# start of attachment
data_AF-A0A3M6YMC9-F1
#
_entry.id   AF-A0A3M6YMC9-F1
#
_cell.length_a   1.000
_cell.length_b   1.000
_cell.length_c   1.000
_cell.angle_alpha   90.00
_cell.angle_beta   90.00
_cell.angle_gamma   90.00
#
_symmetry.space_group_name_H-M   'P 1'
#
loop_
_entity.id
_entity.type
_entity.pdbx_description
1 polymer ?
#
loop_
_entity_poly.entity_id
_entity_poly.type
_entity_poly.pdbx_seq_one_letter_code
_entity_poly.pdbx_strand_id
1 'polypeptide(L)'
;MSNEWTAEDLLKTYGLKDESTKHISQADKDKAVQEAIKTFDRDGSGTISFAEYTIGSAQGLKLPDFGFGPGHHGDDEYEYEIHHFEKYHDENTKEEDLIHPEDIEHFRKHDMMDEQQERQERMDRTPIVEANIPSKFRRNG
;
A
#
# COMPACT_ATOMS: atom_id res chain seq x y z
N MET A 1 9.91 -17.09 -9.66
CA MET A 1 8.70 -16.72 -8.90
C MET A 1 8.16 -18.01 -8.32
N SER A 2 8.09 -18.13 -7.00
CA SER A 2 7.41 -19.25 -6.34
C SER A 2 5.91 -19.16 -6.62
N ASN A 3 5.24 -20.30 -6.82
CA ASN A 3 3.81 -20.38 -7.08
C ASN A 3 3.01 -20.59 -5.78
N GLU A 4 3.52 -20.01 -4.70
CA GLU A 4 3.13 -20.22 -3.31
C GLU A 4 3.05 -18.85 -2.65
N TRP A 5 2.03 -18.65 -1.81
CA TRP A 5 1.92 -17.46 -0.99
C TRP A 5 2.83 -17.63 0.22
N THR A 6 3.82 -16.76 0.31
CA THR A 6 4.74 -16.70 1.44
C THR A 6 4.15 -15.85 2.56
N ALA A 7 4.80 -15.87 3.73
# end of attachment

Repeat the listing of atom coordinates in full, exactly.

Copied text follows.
data_AF-A0A3M6YMC9-F1
#
_entry.id   AF-A0A3M6YMC9-F1
#
_cell.length_a   1.000
_cell.length_b   1.000
_cell.length_c   1.000
_cell.angle_alpha   90.00
_cell.angle_beta   90.00
_cell.angle_gamma   90.00
#
_symmetry.space_group_name_H-M   'P 1'
#
loop_
_entity.id
_entity.type
_entity.pdbx_description
1 polymer ?
#
loop_
_entity_poly.entity_id
_entity_poly.type
_entity_poly.pdbx_seq_one_letter_code
_entity_poly.pdbx_strand_id
1 'polypeptide(L)'
;MSNEWTAEDLLKTYGLKDESTKHISQADKDKAVQEAIKTFDRDGSGTISFAEYTIGSAQGLKLPDFGFGPGHHGDDEYEYEIHHFEKYHDENTKEEDLIHPEDIEHFRKHDMMDEQQERQERMDRTPIVEANIPSKFRRNG
;
A
#
# COMPACT_ATOMS: atom_id res chain seq x y z
N MET A 1 9.91 -17.09 -9.66
CA MET A 1 8.70 -16.72 -8.90
C MET A 1 8.16 -18.01 -8.32
N SER A 2 8.09 -18.13 -7.00
CA SER A 2 7.41 -19.25 -6.34
C SER A 2 5.91 -19.16 -6.62
N ASN A 3 5.24 -20.30 -6.82
CA ASN A 3 3.81 -20.38 -7.08
C ASN A 3 3.01 -20.59 -5.78
N GLU A 4 3.52 -20.01 -4.70
CA GLU A 4 3.13 -20.22 -3.31
C GLU A 4 3.05 -18.85 -2.65
N TRP A 5 2.03 -18.65 -1.81
CA TRP A 5 1.92 -17.46 -0.99
C TRP A 5 2.83 -17.63 0.22
N THR A 6 3.82 -16.76 0.31
CA THR A 6 4.74 -16.70 1.44
C THR A 6 4.15 -15.85 2.56
N ALA A 7 4.80 -15.87 3.73